From the Roman Canon

Last night I attended the Mass of the Vigil of the Immaculate Conception at my parish. It was my first Mass where the Roman Canon was used with the new translation of the Roman Missal. In case you don’t know, the Roman Canon is the Eucharistic prayer in which the priest mentions many of the Saints and Martyrs:

the glorious ever-Virgin Mary,

Mother of our God and Lord, Jesus Christ,

and blessed Joseph, her Spouse,

your blessed Apostles and Martyrs,

Peter and Paul, Andrew,

James, John,

Thomas, James, Philip,

Bartholomew, Matthew,

Simon and Jude;

Linus, Cletus, Clement, Sixtus,

Cornelius, Cyprian,

Lawrence, Chrysogonus,

John and Paul,

Cosmas and Damian

and

John the Baptist, Stephen,

Matthias, Barnabas,

Ignatius, Alexander,

Marcellinus, Peter,

Felicity, Perpetua,

Agatha, Lucy,

Agnes, Cecilia, Anastasia

I am often struck by this recitation or mentioning of so many Saints because it reminds me that so many people have been willing to live their lives, and give their lives, for Christ. They stand before us as examples of the Faith, and they are in Heaven to intercede for us before the Lord. They, with the other Saints, many of whom are not formally canonized, make up the “Great Cloud of Witnesses” that we read about in Hebrews, the Communion of Saints.

In the new translation, I was struck by this other part of the prayer:

Remember, Lord, your servants

and all gathered here,

whose faith and devotion are known to you.

For them, we offer you this sacrifice of praise

or they offer it for themselves

and all who are dear to them:

for the redemption of their souls,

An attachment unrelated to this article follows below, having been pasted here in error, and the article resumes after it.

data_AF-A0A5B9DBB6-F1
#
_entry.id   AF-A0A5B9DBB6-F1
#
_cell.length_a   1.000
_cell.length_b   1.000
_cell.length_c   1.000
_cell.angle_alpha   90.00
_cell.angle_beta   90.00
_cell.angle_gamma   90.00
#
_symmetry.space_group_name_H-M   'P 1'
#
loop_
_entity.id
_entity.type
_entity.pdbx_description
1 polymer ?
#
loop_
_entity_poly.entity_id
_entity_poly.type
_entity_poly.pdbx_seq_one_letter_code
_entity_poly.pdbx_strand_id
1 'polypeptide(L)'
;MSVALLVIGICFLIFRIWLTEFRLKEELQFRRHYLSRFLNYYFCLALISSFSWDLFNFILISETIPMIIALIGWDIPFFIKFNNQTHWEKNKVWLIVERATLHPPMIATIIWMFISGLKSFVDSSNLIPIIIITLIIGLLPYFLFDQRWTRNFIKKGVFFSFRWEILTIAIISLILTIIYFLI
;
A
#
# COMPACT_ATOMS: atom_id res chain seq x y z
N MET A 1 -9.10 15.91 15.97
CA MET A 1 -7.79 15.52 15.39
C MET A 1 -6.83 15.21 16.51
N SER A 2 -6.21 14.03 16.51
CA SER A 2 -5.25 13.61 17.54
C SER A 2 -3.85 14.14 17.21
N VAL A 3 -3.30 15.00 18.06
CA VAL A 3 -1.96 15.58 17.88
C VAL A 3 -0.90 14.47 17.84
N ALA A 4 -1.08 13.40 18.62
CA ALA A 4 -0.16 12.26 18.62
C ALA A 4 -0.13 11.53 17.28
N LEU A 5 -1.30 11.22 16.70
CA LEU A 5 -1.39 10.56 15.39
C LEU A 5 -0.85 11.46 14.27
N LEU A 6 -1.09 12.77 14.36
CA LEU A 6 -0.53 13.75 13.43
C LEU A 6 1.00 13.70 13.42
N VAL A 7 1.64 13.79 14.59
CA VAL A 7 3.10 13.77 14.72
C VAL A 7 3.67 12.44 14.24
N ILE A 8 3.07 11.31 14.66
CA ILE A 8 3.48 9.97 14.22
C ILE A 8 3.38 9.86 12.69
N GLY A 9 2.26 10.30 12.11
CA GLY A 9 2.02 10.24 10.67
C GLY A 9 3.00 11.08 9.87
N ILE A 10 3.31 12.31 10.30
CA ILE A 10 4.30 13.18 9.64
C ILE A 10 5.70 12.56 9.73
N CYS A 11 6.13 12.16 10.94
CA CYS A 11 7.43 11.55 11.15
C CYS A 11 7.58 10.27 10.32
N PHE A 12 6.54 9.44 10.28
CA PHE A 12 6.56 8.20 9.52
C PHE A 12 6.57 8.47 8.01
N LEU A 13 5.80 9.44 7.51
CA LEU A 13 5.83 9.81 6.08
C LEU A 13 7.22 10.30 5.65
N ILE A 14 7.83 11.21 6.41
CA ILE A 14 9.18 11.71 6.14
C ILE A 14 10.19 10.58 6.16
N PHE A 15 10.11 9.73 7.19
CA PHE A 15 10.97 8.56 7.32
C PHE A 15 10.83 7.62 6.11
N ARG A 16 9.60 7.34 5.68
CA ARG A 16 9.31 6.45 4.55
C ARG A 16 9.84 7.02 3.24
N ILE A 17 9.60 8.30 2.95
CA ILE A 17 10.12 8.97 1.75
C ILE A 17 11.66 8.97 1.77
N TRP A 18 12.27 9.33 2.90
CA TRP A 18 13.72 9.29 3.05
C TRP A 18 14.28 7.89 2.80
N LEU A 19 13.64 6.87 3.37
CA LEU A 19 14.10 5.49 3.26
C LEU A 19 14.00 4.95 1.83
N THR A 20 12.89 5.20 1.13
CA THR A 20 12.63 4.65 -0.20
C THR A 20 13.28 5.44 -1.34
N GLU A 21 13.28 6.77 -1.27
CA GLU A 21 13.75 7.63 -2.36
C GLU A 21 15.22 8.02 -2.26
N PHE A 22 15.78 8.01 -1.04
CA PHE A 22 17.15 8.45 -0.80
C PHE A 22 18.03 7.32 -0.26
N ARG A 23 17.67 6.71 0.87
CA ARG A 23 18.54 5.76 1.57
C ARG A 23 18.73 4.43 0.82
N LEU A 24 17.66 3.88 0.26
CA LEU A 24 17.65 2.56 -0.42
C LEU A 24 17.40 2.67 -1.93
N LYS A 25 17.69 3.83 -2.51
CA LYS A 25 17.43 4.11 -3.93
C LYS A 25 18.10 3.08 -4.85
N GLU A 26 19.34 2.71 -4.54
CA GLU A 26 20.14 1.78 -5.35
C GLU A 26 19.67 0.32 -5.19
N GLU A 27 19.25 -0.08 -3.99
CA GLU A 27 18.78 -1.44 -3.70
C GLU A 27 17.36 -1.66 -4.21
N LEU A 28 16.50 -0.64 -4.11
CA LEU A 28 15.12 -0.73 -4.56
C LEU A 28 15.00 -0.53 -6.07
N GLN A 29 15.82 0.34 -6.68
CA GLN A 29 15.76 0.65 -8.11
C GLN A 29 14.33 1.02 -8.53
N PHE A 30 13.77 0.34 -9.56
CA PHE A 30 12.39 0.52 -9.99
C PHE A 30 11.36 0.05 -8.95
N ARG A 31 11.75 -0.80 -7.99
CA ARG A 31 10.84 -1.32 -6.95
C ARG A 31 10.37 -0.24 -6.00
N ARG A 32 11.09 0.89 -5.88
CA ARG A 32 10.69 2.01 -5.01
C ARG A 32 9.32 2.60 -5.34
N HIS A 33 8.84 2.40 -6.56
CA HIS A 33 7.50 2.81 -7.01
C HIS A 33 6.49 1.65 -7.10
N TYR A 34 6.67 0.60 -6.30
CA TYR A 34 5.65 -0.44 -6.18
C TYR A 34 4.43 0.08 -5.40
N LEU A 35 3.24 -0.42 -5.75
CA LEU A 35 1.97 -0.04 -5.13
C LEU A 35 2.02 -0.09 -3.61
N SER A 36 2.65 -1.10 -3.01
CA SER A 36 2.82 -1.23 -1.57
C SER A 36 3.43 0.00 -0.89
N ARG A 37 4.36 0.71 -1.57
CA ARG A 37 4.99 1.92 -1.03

in hope of health and well-being,

and paying their homage to you,

the eternal God, living and true.

(Emphasis added) It is easy to think of the prayer that the priest makes at Mass as just that– the prayer the priest makes. This part of the Canon, although directed to God, reminds us that the priest makes this prayer on our behalf, that in participating in the Mass, we are making an offering, not just the priest. And participation doesn’t mean that we have to be cantors or lectors or extraordinary ministers of Holy Communion. Participation is what we do by being present, listening, learning, praying, and worshipping God. We offer the sacrifice for ourselves and our dear ones, it is not just the priest who offers the sacrifice.

Roman Canon excerpts from the United States Conference of Catholic Bishops website, http://old.usccb.org/romanmissal/

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2 thoughts on “From the Roman Canon

  1. Beautiful imagery.
    I hope this comment isn’t inappropriate here, but I couldn’t see any other way to contact you.
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    Thanks!

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